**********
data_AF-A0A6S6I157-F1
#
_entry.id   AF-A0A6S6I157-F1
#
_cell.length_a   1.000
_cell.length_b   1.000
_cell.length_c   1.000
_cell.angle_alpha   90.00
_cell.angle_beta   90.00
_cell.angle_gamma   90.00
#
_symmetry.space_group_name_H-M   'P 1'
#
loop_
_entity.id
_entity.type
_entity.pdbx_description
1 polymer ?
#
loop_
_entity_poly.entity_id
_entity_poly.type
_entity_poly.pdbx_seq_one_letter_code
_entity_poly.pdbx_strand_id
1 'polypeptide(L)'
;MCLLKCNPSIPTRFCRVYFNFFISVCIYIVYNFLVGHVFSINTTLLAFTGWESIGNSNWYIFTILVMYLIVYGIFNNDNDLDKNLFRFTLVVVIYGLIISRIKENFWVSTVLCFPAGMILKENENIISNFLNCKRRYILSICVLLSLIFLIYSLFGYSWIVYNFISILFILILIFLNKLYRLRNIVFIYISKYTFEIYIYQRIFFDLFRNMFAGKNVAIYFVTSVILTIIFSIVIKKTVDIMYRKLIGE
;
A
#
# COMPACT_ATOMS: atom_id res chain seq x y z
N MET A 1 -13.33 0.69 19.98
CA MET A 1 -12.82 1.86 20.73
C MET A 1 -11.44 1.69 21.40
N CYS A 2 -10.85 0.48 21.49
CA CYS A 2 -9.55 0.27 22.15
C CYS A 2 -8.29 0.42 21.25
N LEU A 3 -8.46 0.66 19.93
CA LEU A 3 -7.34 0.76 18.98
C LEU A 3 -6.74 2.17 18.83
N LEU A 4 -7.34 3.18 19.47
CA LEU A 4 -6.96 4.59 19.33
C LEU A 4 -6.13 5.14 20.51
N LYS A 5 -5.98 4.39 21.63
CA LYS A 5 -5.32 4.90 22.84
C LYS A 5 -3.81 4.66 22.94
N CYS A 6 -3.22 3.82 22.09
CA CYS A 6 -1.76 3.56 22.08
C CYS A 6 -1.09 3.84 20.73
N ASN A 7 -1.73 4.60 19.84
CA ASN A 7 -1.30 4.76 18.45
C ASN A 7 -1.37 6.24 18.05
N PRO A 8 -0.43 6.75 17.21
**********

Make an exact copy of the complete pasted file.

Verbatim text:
data_AF-A0A6S6I157-F1
#
_entry.id   AF-A0A6S6I157-F1
#
_cell.length_a   1.000
_cell.length_b   1.000
_cell.length_c   1.000
_cell.angle_alpha   90.00
_cell.angle_beta   90.00
_cell.angle_gamma   90.00
#
_symmetry.space_group_name_H-M   'P 1'
#
loop_
_entity.id
_entity.type
_entity.pdbx_description
1 polymer ?
#
loop_
_entity_poly.entity_id
_entity_poly.type
_entity_poly.pdbx_seq_one_letter_code
_entity_poly.pdbx_strand_id
1 'polypeptide(L)'
;MCLLKCNPSIPTRFCRVYFNFFISVCIYIVYNFLVGHVFSINTTLLAFTGWESIGNSNWYIFTILVMYLIVYGIFNNDNDLDKNLFRFTLVVVIYGLIISRIKENFWVSTVLCFPAGMILKENENIISNFLNCKRRYILSICVLLSLIFLIYSLFGYSWIVYNFISILFILILIFLNKLYRLRNIVFIYISKYTFEIYIYQRIFFDLFRNMFAGKNVAIYFVTSVILTIIFSIVIKKTVDIMYRKLIGE
;
A
#
# COMPACT_ATOMS: atom_id res chain seq x y z
N MET A 1 -13.33 0.69 19.98
CA MET A 1 -12.82 1.86 20.73
C MET A 1 -11.44 1.69 21.40
N CYS A 2 -10.85 0.48 21.49
CA CYS A 2 -9.55 0.27 22.15
C CYS A 2 -8.29 0.42 21.25
N LEU A 3 -8.46 0.66 19.93
CA LEU A 3 -7.34 0.76 18.98
C LEU A 3 -6.74 2.17 18.83
N LEU A 4 -7.34 3.18 19.47
CA LEU A 4 -6.96 4.59 19.33
C LEU A 4 -6.13 5.14 20.51
N LYS A 5 -5.98 4.39 21.63
CA LYS A 5 -5.32 4.90 22.84
C LYS A 5 -3.81 4.66 22.94
N CYS A 6 -3.22 3.82 22.09
CA CYS A 6 -1.76 3.56 22.08
C CYS A 6 -1.09 3.84 20.73
N ASN A 7 -1.73 4.60 19.84
CA ASN A 7 -1.30 4.76 18.45
C ASN A 7 -1.37 6.24 18.05
N PRO A 8 -0.43 6.75 17.21